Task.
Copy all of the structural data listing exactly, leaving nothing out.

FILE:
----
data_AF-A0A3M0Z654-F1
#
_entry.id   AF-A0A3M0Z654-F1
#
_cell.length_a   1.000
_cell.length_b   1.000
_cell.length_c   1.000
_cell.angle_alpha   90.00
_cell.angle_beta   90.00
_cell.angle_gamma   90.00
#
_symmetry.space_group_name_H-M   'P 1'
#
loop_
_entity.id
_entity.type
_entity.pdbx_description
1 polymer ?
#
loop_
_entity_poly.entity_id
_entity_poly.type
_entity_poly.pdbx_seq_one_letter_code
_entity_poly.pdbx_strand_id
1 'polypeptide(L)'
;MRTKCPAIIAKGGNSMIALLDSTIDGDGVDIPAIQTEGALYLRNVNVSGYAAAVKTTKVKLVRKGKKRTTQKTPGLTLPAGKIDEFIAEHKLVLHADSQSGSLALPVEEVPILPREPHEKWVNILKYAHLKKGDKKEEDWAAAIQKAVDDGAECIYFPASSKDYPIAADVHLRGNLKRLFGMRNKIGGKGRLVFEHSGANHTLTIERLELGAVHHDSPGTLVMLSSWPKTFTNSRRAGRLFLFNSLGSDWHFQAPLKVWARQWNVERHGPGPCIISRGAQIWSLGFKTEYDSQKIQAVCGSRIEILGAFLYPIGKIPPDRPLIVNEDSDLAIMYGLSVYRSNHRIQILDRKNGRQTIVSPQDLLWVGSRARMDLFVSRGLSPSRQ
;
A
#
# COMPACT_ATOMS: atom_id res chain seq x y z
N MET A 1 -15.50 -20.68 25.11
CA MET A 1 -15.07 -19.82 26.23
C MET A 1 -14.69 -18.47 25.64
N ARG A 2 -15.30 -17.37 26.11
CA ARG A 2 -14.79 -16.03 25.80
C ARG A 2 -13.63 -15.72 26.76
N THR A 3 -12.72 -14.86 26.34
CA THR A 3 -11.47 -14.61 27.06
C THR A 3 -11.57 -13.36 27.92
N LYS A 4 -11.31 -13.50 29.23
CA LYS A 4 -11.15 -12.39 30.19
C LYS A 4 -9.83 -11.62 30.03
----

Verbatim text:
data_AF-A0A3M0Z654-F1
#
_entry.id   AF-A0A3M0Z654-F1
#
_cell.length_a   1.000
_cell.length_b   1.000
_cell.length_c   1.000
_cell.angle_alpha   90.00
_cell.angle_beta   90.00
_cell.angle_gamma   90.00
#
_symmetry.space_group_name_H-M   'P 1'
#
loop_
_entity.id
_entity.type
_entity.pdbx_description
1 polymer ?
#
loop_
_entity_poly.entity_id
_entity_poly.type
_entity_poly.pdbx_seq_one_letter_code
_entity_poly.pdbx_strand_id
1 'polypeptide(L)'
;MRTKCPAIIAKGGNSMIALLDSTIDGDGVDIPAIQTEGALYLRNVNVSGYAAAVKTTKVKLVRKGKKRTTQKTPGLTLPAGKIDEFIAEHKLVLHADSQSGSLALPVEEVPILPREPHEKWVNILKYAHLKKGDKKEEDWAAAIQKAVDDGAECIYFPASSKDYPIAADVHLRGNLKRLFGMRNKIGGKGRLVFEHSGANHTLTIERLELGAVHHDSPGTLVMLSSWPKTFTNSRRAGRLFLFNSLGSDWHFQAPLKVWARQWNVERHGPGPCIISRGAQIWSLGFKTEYDSQKIQAVCGSRIEILGAFLYPIGKIPPDRPLIVNEDSDLAIMYGLSVYRSNHRIQILDRKNGRQTIVSPQDLLWVGSRARMDLFVSRGLSPSRQ
;
A
#
# COMPACT_ATOMS: atom_id res chain seq x y z
N MET A 1 -15.50 -20.68 25.11
CA MET A 1 -15.07 -19.82 26.23
C MET A 1 -14.69 -18.47 25.64
N ARG A 2 -15.30 -17.37 26.11
CA ARG A 2 -14.79 -16.03 25.80
C ARG A 2 -13.63 -15.72 26.76
N THR A 3 -12.72 -14.86 26.34
CA THR A 3 -11.47 -14.61 27.06
C THR A 3 -11.57 -13.36 27.92
N LYS A 4 -11.31 -13.50 29.23
CA LYS A 4 -11.15 -12.39 30.19
C LYS A 4 -9.83 -11.62 30.03